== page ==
Alzheimer’s disease is a neurodegenerative disease that occurs when nerve cells in the brain die.

The disease can impair memory, thinking, and behavior, causing personality and behavior changes, language deterioration, and emotional apathy.

When Alzheimer’s was first identified, by German physician, Alois Alzheimer, in 1906, it was considered a rare disorder. Today, Alzheimer’s disease is recognized as the most common cause of dementia, a disorder in which mental functions deteriorate and break down. An estimated 5.3 million Americans have Alzheimer’s disease. According to the Alzheimer’s Association, this number includes 5.1 million people older than age 65, as well as 200,000 to 500,000 people younger than 65 who have early-onset Alzheimer’s and other types of dementias.


What causes Alzheimer’s disease? Although intense investigation has been under way for many years, the causes aren’t entirely known. They may include the following:

  • Age and family history

  • Certain genes

  • Abnormal protein deposits in the brain

  • Other risk and environmental factors

  • Immune system problems

Alzheimer's Symptoms Include:

  • Memory loss, including trouble with directions and familiar tasks.
  • Language problems, such as trouble getting words out or understanding what is said.
  • Accusation of others having stolen things when they have been misplaced
  • Difficulty with planning, organizing, concentration, and judgment. This includes persons not being able to recognize their own symptoms.
  • Changes in behavior and personality, including apathy, irritability or aggressive behaviors.

Diagnostic Tests and Procedures

There is not a single, comprehensive test for diagnosing Alzheimer’s disease. By ruling out other conditions through a process of elimination, doctors can diagnose probable Alzheimer’s disease with about 90 percent accuracy. However, the only way to confirm the diagnosis is through autopsy of the brain.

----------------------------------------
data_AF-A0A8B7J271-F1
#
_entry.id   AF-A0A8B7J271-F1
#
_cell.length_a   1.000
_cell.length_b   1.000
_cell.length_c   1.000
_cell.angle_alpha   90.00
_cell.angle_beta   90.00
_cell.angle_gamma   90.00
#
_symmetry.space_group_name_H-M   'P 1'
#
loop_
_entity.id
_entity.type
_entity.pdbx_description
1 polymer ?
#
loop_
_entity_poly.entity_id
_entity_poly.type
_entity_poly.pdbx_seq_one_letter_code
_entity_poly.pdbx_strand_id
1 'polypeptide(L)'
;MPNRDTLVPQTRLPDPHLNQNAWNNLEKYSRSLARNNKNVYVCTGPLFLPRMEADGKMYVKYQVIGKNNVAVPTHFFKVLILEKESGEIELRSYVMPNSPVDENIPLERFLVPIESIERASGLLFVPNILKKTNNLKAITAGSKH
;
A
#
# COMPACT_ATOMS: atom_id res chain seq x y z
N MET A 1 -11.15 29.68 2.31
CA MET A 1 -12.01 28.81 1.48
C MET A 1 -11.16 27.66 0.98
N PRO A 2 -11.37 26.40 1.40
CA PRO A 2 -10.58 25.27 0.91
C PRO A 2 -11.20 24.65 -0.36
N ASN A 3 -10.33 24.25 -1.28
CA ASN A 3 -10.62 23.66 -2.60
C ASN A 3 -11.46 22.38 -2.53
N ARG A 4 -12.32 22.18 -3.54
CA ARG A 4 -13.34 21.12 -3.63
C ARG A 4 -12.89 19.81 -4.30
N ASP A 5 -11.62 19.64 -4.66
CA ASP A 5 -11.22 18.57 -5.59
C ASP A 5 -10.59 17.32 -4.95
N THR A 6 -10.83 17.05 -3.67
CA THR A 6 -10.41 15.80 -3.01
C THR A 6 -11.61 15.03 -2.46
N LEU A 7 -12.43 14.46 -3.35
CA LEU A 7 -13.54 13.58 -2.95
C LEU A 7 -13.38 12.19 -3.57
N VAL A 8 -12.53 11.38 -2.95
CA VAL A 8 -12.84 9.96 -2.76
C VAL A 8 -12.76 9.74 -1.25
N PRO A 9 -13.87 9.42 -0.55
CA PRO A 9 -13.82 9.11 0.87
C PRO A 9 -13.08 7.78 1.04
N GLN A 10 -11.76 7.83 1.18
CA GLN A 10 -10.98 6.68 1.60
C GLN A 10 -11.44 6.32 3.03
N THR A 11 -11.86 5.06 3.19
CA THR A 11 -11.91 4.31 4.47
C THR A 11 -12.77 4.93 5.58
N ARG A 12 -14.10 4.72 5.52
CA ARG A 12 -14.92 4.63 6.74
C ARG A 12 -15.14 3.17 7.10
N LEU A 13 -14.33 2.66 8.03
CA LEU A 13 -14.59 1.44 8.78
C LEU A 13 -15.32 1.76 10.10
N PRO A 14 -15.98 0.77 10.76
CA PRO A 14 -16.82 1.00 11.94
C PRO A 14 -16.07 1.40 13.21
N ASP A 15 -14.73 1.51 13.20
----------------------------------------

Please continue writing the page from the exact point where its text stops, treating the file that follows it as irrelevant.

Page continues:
It’s essential to determine whether the dementia is the result of a treatable illness. In addition to a complete medical history and extensive neurological motor and sensory exam, diagnostic procedures for Alzheimer’s disease may include the following:

  • Mental status test

  • Neuropsychological testing

  • Blood tests

  • Lumbar puncture (spinal tap)

  • Urinalysis

  • Chest X-ray

  • Electroencephalogram (EEG)—a procedure that records the brain’s continuous electrical activity using electrodes attached to the scalp

  • Computed tomography scan (CT scan)

  • Electrocardiogram (ECG or EKG)—a test that records the electrical activity of the heart


Medications can help with some of the most troubling symptoms of Alzheimer’s disease, such as depression, behavioral disturbance, and sleeplessness. In managing the disease, physical exercise and social activity are important, as are proper nutrition and maintaining good health. People who have Alzheimer’s benefit from a calm environment, with daily activities that help to provide structure, meaning, and accomplishment. It’s important to adapt activities and routines so that the individual can do as many things independently as possible.

Because the controllable risk factors for Alzheimer’s disease are unknown, it isn’t yet possible to reduce the chances of developing the disease. At this time, there is no cure for Alzheimer’s, no way of slowing down its progression, and no treatment available to reverse the deterioration. But new research findings give reason for hope, and several drugs are being studied in clinical trials to determine if they can improve memory or slow the progress of the disease.

Medical Reviewer: [Jane Sweetwood, RN, MN, CCRN, Sara Foster, RN, MPH] Last Annual Review Date: 2009-07-16T00:00:00-06:00 Copyright: © 2000-2010 The StayWell Company, 780 Township Line Road, Yardley, PA 19067. All rights reserved. This information is not intended as a substitute for professional medical care. Always follow your healthcare professional's instructions.

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More than 5.3 million people in the United States are living with Alzheimer's disease, with a new person developing the disease every 70 seconds. Americans ages 65 and older with Alzheimer's and dementia pay three times as much in health care costs.